The Air Force Academy announced Wednesday that 78 cadets have been accused of cheating during an online calculus test.
Academy officials said the cadets used "unauthorized resources - a web math program" that was only to be used for homework, not exams.
Lt. Col. John Bryan, AFA director of public affairs, said most of the cadets involved were freshman, but there were a few sophomores.
Bryan said many involved have admitted to cheating on the test and have begun a six-month probationary period. Each will undergo a cadet-led review to determine if their violation of the academy's Honor Code warrants more serious punishment.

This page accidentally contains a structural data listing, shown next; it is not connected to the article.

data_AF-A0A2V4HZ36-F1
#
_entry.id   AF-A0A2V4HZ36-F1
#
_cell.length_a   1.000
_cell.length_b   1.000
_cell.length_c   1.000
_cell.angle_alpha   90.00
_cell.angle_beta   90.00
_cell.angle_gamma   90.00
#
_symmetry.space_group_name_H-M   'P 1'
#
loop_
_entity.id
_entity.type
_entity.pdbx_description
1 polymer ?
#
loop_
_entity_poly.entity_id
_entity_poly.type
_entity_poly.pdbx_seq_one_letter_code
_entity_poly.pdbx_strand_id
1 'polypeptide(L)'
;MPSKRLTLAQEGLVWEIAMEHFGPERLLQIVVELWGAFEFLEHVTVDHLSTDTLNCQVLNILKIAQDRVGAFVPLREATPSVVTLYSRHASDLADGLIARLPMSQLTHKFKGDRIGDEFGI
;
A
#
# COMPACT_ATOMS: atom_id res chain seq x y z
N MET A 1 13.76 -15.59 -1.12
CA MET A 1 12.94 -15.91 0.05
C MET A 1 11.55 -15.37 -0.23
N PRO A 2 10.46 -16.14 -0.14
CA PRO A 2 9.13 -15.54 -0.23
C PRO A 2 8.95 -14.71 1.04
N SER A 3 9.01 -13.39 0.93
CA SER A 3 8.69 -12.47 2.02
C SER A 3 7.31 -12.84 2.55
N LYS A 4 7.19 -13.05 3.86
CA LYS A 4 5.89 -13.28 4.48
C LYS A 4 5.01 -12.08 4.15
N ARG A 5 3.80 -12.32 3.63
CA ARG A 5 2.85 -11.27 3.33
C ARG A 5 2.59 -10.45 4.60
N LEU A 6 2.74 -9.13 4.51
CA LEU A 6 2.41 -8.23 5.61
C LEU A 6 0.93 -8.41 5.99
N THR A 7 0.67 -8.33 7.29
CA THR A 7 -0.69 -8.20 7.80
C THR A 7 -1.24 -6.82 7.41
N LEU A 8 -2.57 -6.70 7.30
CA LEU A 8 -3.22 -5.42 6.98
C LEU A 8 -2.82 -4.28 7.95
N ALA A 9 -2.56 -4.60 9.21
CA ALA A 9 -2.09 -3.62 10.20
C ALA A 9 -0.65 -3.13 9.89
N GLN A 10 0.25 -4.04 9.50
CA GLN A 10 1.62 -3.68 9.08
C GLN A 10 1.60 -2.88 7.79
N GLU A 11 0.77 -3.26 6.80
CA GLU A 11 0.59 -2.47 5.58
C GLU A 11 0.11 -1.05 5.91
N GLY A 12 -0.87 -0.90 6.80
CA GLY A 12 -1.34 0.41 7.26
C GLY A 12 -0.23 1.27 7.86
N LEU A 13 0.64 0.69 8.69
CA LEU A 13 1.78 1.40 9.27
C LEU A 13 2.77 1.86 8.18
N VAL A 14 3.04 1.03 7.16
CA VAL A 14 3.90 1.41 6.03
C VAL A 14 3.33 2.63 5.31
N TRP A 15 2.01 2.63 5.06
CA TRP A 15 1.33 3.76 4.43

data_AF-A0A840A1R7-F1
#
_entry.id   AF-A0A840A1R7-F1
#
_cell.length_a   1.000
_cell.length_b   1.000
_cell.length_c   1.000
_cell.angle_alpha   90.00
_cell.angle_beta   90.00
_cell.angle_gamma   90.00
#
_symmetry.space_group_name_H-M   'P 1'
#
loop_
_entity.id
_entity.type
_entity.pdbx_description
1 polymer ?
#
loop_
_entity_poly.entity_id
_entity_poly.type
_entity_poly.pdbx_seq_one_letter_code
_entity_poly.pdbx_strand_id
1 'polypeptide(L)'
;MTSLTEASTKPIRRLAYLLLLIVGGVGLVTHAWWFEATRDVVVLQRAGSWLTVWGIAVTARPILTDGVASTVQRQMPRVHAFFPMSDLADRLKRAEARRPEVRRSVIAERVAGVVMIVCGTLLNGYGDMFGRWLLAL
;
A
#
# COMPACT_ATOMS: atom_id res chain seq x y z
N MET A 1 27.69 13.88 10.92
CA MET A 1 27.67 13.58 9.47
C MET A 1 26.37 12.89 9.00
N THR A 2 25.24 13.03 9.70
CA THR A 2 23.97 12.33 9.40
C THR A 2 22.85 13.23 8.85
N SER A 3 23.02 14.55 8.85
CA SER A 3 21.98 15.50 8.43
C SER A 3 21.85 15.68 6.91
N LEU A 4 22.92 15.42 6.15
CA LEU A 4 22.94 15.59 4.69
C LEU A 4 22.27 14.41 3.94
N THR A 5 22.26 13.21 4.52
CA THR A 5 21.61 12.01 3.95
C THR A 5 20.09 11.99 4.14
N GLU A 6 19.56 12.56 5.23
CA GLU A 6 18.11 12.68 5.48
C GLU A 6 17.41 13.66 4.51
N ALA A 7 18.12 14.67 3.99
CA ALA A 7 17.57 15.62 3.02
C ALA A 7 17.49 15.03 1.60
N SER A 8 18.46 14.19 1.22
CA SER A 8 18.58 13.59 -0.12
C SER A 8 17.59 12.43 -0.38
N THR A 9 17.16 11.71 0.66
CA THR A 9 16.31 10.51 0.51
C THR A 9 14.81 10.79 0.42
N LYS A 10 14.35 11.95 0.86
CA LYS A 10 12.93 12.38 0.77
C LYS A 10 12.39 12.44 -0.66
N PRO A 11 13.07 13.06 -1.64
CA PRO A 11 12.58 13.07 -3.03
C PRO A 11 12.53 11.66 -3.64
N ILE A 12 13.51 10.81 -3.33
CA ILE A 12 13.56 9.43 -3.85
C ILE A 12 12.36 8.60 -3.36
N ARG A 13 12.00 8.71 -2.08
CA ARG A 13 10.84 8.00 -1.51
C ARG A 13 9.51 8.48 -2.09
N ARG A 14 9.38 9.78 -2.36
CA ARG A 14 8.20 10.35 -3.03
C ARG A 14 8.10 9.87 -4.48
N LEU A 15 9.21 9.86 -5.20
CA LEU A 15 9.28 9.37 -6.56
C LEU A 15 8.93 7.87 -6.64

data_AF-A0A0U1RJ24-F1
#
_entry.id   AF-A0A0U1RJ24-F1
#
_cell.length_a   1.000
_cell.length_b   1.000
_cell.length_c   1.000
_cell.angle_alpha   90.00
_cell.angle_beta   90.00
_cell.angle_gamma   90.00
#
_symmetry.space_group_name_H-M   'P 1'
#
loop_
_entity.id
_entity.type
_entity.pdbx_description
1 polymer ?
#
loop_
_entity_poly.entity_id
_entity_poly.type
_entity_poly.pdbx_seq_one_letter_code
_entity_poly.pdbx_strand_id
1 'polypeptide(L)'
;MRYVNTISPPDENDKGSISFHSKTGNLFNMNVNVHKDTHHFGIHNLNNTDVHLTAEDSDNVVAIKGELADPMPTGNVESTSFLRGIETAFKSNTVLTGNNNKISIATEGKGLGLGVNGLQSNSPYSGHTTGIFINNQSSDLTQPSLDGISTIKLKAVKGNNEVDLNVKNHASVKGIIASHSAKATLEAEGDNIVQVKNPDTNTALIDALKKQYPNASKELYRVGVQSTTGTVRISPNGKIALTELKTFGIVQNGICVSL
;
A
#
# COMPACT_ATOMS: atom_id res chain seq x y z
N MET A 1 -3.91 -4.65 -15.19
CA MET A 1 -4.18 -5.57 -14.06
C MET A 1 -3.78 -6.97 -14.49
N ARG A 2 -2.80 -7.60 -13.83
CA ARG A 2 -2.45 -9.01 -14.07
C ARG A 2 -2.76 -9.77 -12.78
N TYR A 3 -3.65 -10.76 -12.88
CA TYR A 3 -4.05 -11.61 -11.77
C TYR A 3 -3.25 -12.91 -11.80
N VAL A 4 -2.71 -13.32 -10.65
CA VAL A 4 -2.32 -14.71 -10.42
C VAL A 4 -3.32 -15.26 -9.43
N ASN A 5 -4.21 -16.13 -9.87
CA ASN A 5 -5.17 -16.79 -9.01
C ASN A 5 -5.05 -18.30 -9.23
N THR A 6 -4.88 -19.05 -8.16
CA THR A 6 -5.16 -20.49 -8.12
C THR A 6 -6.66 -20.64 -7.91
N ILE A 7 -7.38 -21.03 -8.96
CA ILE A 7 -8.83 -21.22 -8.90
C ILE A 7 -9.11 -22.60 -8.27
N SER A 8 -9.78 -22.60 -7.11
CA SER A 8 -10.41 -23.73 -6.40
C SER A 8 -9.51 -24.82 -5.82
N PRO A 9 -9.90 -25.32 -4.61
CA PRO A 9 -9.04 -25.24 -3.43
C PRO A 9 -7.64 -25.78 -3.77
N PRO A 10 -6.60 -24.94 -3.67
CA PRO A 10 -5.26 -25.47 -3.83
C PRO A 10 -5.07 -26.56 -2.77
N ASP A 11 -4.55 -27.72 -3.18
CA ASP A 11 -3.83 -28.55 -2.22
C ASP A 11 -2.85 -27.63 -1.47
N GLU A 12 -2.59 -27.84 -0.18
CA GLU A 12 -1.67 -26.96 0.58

"It is possible to have disenrollments," Bryan said.
The Honor Code, adopted in 1956 by the first graduating class (1959), represents a "minimum standard of conduct" and says cadets "will not lie, steal or cheat, nor tolerate among us anyone who does." The academy's honor directorate states that each cadet is "expected to report themselves for any violation."
With the code and directorate in mind, Bryan said those who are found to have lied about using the unauthorized program could face harder penalties than those who have admitted to cheating.
“Every case is individual and every case is different," Bryan said. "We want to give these kids a learning environment and a chance to succeed.”
The academy learned of the violations just after final exams, which were held during the week of May 9. According to Wednesday's release, academy officials believe that each cadet acted individually and no evidence of collusion has been found.